We've had cashback complaints involving other retailers - Harvey Norman, Dick Smith, Office Spot - and other manufacturers - like Acer and Toshiba. We're chasing those complaints up too.
Fair Go says 75 days or more is a ridiculous length of time to wait. We'd say be very careful with cashback - be sure you know how long it'll take to get your money - before you buy the goods. From what you're telling us, some of the retailers could do a much better job of warning customers about the time delays, and the Commerce Commission also warns retailers that they have a responsibility to make sure their customers get the cashbacks.
Reporter: Phil Vine
If you're thinking of getting some lucky person a watch for Christmas then pay close attention. That is, if you want to get something they can go swimming in.
A lot of watches these days have "water resistant" written on them, often followed by a number of metres: 30m, 50m etc.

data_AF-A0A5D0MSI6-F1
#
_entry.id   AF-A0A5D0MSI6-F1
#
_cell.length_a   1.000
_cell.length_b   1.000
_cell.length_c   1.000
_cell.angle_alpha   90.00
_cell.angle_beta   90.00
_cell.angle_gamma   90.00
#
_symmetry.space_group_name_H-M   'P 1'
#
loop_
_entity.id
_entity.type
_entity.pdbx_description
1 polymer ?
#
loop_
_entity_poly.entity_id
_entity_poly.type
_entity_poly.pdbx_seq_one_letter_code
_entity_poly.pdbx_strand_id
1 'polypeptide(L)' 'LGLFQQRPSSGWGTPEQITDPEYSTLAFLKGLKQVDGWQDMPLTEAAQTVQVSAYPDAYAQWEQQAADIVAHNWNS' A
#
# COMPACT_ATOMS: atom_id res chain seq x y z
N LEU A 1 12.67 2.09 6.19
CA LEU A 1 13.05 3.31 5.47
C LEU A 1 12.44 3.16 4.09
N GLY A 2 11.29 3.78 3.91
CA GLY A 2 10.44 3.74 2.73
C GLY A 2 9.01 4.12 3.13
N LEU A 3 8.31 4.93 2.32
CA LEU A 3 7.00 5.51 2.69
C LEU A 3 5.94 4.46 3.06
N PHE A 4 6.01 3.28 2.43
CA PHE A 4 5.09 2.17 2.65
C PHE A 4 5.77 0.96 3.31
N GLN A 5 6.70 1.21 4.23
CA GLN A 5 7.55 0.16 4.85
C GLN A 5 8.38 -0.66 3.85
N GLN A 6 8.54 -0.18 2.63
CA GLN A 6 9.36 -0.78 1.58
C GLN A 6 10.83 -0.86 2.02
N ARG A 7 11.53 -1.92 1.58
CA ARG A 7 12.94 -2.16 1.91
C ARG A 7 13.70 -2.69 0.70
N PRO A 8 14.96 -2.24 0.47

Judging by a little poll that Fair Go carried out the vast majority of people thought that meant you could go swimming in water resistant watches. And if it said water resistant to 30 metres they thought you could go swimming to a depth of 30 metres. Wrong.
According to international standards both of these types of watches will potentially let in water if you take them swimming. If you want to wear a watch while swimming you have to go for water resistant 50, 100, or 200 metres.
It all sounds rather misleading but there is a science behind it. A water resistant 30 metre watch refers to the static pressure that exists at 30 metres underwater. So if you carefully lowered it down 30 metres and brought it back up the seal would be fine. It's just that once you start moving it around, even when you're swimming at the surface of the water - incredibly - the pressure on the watch is far greater than if it's still at 30 metres down.
Phil put Gordon's watch to the test and it survived. But given the number of watches that keep ending up in the repair shop Fair Go reckons that watch companies should do something about this potentially confusing labelling.